Digital OOH spend ‘last-minute and erratic’: Adcentricity

In a Q2 report reviewing the digital OOH industry, Adcentricity explains which categories have boosted or decreased their spending, and which venues are most popular.

The financial services sector continued to invest in DOOH this spring, according to a Q2 report from Adcentricity, making up almost 55% of all bookings for the Toronto-based network.

This is because the financial category (which includes banking, RRSPs and credit cards) is aiming to geo-target consumers according to branch locations, explains Rob Gorrie, CEO of Adcentricity. Another top category at Adcentricity is automotive, which made up 25% of the bookings in Q2, up from no bookings in Q1.

The boost in those categories indicates a recovering economic climate, Gorrie says.

‘Quite frankly, people are getting back to work. It’s as simple as that. They’re looking at it and going ‘it’s time to start spending again,” Gorrie tells MiC, about the automotive category. Other newbies in the medium include home decor, government and pharma, although they are all under 10% of the total bookings.

Adcentricity, a DOOH media aggregator, offers 200,000 screens in the US and Canada. After the popularity of a similar industry-review report in Q1, which the mediaco offered to clients and the public on their website, the decision was made to make it a quarterly affair, the company stated in the report’s opening remarks.

However, not all categories increased their spend – for instance, health care and confectionery clients did not contribute at all to Adcentricity’s Q2 profits, and telecommunications fell sharply from 45% to under 15%.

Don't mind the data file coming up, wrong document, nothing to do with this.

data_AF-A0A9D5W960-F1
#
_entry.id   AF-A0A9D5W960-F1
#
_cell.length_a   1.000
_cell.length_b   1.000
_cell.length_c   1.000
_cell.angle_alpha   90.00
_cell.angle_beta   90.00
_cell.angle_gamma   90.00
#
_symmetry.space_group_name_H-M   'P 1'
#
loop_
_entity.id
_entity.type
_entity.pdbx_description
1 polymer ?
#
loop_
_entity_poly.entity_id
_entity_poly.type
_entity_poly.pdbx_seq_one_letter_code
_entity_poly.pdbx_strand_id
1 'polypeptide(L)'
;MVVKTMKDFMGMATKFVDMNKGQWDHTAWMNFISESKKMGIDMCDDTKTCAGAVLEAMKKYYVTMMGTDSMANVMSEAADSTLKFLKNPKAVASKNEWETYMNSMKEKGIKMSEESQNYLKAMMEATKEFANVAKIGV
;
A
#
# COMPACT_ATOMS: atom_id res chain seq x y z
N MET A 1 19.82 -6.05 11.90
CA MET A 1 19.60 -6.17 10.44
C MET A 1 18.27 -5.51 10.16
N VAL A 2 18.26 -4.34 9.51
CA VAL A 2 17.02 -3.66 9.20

One of the current challenges facing the DOOH agency is uncertain booking cycles, which saw campaigns pushed back for months, the report states.

‘Even campaigns already booked and committed became delayed due to lack of creative and uncertainty around what the brand really wanted to do,’ it said, noting that this trend does not appear to be going away in the near future.

‘Q3 spending has been last minute and fairly erratic. Budgets and activity in non-traditional media appear and are executed in two- or four-week cycles and sometimes less.’

The most popular venues for client campaigns are convenience stores, shopping centres and doctor’s offices. The popularity of gas stations and restaurants fell in Q2.

Toronto is still the top market for Adcentricity, even though demand for the city dropped in Q2, as it did for other major urban centres like Edmonton, Calgary and Vancouver. Gorrie sees this as a seasonal trend, however he also points out that more clients are preferring to target smaller towns and rural areas.

‘You get a lot of people in the automotive and telecommunications space looking to reach people in Thunder Bay [for example], on a localized and targeted basis, so this makes absolute sense,’ he says.

Adcentricity does not disclose revenues for the company, but it has released the report as a market review.

This story has been updated on Aug. 12 at 1:45 p.m. to clarify Adcentricity’s digital media offerings.